William Koch

William Koch describes the area of downtown that included the houses of “ill-fame” and talks about some of the dangers of being there, especially at night. He describes how the women who worked there advertised their services.

This interview comes from the UWL Oral History Program at Special Collections Murphy Library.


Location: Corner of Pearl St. and 2nd St. South

Fredricks: Do you remember where the bawdy houses – where the whorehouses were?

Koch: Yes. I’ll tell you where they were. The Burlington Depot was on Pearl Street. All the passenger trains came in there. It was southwest of that depot in that area there. That was where most of them were. They called it in my time they called it houses of ill-fame. As I remember they paid a license to operate, and they had to be examined by doctors every so often so that they wouldn’t spread disease see. And uh, there was at one time, now here’s another thing I don’t know whether I should mention it or not. There was a fellow murdered down there. They were all down there together and I guess they had had a few drinks under their belt and had a fight and one was knifed, you know stabbed with a knife and killed. It was a head of a factory here – it was his son. Their family probably is still here. Anyway, he went to prison for it. They had a trial and the town was pretty much excited about that. They got down there and were in this red-light district, they called this the red-light district too. And they got to fighting and one of them was killed.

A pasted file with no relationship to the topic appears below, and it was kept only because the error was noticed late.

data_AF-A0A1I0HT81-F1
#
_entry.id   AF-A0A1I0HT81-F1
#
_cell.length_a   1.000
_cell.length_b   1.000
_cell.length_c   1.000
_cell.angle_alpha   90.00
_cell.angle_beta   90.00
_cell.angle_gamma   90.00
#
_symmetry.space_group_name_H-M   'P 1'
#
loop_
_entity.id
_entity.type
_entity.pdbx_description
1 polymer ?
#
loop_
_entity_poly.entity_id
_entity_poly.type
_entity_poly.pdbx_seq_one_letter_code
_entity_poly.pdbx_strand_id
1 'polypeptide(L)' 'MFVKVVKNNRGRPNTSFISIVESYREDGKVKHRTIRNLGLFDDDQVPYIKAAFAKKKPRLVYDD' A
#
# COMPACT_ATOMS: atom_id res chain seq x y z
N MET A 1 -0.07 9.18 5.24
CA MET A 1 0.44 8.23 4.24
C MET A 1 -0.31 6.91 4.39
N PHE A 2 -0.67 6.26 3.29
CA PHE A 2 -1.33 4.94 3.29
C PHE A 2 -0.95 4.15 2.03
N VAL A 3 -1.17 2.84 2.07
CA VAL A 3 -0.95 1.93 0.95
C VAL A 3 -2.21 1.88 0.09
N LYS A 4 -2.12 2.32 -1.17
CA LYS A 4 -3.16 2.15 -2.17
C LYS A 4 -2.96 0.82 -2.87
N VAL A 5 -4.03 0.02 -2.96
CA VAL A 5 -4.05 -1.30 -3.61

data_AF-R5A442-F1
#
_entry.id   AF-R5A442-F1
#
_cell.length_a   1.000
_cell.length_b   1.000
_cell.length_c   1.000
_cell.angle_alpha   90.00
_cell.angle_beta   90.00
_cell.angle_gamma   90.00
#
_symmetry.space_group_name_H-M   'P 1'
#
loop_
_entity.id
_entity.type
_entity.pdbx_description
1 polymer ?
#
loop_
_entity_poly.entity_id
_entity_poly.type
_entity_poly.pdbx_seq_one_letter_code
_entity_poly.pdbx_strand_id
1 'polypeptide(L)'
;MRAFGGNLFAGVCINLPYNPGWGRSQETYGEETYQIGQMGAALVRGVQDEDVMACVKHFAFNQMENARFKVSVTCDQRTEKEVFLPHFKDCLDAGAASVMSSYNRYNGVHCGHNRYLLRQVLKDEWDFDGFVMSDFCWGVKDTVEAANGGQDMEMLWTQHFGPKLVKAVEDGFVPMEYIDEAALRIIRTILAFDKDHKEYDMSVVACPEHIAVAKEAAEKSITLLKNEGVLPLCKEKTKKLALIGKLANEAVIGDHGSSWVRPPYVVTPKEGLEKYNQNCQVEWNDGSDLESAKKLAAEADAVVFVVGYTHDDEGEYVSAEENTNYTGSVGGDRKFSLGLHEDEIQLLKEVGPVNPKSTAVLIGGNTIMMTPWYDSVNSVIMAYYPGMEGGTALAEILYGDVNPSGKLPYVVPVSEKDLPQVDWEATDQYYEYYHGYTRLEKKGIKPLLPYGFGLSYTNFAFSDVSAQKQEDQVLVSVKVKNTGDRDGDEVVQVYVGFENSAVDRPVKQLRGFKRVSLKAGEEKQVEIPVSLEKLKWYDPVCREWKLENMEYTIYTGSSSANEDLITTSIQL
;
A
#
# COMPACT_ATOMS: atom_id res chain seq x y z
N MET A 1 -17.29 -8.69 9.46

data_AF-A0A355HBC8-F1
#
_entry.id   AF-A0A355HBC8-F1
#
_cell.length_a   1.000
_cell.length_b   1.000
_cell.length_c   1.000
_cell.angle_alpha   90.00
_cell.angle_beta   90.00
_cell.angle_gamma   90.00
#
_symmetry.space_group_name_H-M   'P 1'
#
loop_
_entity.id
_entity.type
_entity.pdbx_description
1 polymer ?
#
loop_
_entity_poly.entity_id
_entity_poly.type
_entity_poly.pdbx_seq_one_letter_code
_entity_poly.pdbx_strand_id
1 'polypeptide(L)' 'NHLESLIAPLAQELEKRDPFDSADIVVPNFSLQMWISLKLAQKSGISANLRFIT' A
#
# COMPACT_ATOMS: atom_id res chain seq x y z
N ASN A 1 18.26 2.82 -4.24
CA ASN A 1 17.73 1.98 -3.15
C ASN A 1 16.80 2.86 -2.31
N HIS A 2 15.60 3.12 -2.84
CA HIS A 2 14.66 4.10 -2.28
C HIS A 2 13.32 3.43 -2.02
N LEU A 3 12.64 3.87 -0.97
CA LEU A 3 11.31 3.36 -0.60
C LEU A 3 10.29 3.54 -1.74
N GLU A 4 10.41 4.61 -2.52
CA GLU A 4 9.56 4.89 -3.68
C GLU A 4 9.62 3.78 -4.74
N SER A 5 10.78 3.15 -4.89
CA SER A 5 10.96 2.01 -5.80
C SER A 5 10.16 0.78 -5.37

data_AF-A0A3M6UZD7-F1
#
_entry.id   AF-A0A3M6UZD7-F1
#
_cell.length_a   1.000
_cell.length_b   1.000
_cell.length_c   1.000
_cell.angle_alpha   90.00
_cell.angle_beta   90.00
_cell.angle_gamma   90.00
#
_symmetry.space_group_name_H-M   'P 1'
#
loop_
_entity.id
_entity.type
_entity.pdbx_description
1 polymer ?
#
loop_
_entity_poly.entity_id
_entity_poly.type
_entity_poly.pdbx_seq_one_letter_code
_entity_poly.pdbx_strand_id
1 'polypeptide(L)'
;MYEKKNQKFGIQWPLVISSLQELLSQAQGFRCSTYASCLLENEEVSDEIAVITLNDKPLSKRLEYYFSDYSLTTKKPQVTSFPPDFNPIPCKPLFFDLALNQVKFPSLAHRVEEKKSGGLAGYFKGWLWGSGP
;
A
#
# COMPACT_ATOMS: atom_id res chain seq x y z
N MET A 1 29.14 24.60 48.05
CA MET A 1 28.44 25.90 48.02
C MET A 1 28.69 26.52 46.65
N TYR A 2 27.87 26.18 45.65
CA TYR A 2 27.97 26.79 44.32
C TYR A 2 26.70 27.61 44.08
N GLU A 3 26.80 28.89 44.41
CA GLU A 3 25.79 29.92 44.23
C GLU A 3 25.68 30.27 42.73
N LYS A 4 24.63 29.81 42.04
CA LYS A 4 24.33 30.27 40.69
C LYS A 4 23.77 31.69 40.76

Fredricks: So what you’re saying is it was really legalized.

Koch: Oh yeah.

Fredricks: They had to pay license?

Koch: Oh yeah, sure.

Fredricks: And there was inspection of the girls?

Koch: Sure.

Fredricks: About how many houses were there?

Koch: Oh boy, I wouldn’t know that. I kept out of that area myself. I was afraid to go in there. It was pretty rough territory. You never knew what you were going to run into down there. I walked through it several times during the daytime just to get a look at things you know, just to see how things were going, but I didn’t mess around there at night. That was a bad place to be hanging around. They might knock your block off. The way they advertised themselves, they would come downtown. If you saw a woman in those days smoking a cigarette, she was one of them. That was the way she advertised her wares. Well today, you couldn’t use that measuring stick today. My God no! But in those days that was it. Whenever – that’s the way she advertised herself. She’d go downtown and wherever you’d see her, she’d be smoking a cigarette.

Fredricks: Were they generally attractive, or, were they generally attractive girls, young girls?

Koch: Well, some of them were and some of them weren’t. Some of them were and some of them weren’t. That’s about all I can tell you about them.

This interview comes from the UWL Oral History Program at Special Collections Murphy Library.